A landlord has been told to pay more than £6,000 due to the poor state of repair of his property.
Balraj Singh Timana had been issued with an improvement notice for his property in Dudley, West Midlands, back in June 2014, and was given 12 weeks to comply. However, he did nothing to address the issues raised.
The three-bedroom house was home to a family with young children. Problems identified included damp and mould, plus electrical safety issues and a “dilapidated” staircase, as well as an unsafe outbuilding.
“This was a particularly worrying case as there were children living in the premises and the landlord had done nothing at all to comply with the notice,” commented Gaye Partridge, cabinet member for housing. “The staff in private sector housing work extremely hard to ensure the health and welfare of borough tenants which is shown in their vigilance in getting another case to a successful outcome. It is the second case in as many months and highlights our commitment to making sure that landlords who fail to keep their properties up to a safe standard will be prosecuted.” Timana was fined £4,750 and ordered to pay costs of a further £1,492.50, plus a £120 victim surcharge.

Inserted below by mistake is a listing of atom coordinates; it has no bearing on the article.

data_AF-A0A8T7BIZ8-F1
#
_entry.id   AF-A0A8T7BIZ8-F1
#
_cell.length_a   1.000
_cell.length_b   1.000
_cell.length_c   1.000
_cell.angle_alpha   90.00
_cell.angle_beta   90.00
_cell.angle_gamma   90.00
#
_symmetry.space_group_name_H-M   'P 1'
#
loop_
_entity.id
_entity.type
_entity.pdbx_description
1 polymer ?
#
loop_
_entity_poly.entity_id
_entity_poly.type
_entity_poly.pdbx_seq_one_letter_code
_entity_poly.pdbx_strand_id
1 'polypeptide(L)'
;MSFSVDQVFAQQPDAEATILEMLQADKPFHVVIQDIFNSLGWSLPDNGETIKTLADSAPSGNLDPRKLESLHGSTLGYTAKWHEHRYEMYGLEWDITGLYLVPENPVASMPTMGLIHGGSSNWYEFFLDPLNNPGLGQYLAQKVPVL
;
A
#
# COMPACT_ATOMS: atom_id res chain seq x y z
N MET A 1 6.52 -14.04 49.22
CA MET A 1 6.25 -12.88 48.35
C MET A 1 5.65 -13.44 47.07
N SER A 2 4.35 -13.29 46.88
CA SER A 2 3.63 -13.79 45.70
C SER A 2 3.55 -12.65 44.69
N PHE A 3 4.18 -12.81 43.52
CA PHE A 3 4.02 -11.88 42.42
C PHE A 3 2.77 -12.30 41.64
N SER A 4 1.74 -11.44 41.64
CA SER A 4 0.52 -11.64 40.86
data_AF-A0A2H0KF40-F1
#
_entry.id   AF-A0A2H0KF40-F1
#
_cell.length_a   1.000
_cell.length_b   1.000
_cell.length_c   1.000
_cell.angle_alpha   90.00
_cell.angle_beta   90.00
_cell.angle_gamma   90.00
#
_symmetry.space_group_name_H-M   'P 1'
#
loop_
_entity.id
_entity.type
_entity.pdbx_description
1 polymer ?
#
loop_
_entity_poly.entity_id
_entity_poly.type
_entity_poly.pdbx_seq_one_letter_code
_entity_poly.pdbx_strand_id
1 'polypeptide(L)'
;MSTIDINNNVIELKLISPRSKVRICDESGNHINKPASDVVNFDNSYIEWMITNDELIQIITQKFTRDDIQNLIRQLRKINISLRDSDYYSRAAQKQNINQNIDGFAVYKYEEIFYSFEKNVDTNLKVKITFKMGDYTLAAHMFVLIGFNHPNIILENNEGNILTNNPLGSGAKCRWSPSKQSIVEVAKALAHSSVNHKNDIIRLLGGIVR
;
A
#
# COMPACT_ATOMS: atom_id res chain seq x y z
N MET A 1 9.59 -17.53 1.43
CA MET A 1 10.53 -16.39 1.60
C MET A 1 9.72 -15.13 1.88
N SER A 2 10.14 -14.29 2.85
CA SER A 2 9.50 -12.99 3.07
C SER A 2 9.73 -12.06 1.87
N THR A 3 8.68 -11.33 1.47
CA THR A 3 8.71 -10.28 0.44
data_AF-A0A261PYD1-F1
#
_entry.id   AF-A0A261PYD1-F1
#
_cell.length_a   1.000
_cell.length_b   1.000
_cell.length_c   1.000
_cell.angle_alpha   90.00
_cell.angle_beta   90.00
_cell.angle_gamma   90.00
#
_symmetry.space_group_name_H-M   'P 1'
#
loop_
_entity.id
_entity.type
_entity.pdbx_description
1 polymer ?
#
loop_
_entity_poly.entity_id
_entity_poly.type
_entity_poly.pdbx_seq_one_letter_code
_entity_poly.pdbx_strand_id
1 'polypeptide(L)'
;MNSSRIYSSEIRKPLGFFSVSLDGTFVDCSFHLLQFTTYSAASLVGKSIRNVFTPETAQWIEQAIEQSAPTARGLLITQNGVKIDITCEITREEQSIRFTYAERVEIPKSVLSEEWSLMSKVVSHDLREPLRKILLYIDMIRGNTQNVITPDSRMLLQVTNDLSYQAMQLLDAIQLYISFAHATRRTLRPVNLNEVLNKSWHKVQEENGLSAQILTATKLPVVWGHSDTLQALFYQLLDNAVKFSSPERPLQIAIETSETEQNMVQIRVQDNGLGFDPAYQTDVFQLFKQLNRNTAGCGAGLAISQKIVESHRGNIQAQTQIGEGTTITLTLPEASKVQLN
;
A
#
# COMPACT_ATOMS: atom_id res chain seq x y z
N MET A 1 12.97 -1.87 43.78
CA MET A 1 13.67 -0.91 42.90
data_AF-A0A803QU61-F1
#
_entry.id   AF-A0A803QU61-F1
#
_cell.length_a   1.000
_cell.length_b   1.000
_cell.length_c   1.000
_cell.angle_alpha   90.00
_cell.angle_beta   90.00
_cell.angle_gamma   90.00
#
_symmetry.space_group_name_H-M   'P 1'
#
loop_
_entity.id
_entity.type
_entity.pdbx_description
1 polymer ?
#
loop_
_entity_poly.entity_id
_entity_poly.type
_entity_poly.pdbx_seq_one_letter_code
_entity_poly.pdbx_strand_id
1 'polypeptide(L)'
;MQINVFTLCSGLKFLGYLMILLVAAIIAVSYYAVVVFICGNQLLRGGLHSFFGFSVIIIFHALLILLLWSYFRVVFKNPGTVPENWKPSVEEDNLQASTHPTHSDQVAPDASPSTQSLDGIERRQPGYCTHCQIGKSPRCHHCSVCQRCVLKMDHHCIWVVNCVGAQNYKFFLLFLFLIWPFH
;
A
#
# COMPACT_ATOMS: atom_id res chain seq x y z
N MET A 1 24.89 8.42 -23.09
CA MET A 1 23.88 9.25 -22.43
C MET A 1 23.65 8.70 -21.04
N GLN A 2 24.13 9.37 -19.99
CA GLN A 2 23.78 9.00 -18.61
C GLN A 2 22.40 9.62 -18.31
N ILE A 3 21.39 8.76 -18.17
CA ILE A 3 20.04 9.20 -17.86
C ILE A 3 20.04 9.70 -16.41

There are fears that coming interest-rate rises and buy-to-let tax relief reductions will add to the already increasing number of similar cases, as landlords struggle to pay their bills and occasionally seek to cut corners – sometimes with dangerous and illegal results. The alternative is that many will either have to sell their rental properties, or put up rents. A recent study has also found that many landlords keep their rental income “under the radar” as far as the tax authorities are concerned, and a grey economy in substandard housing is likely to result as the financial pressure on both landlords and tenants continues to rise.
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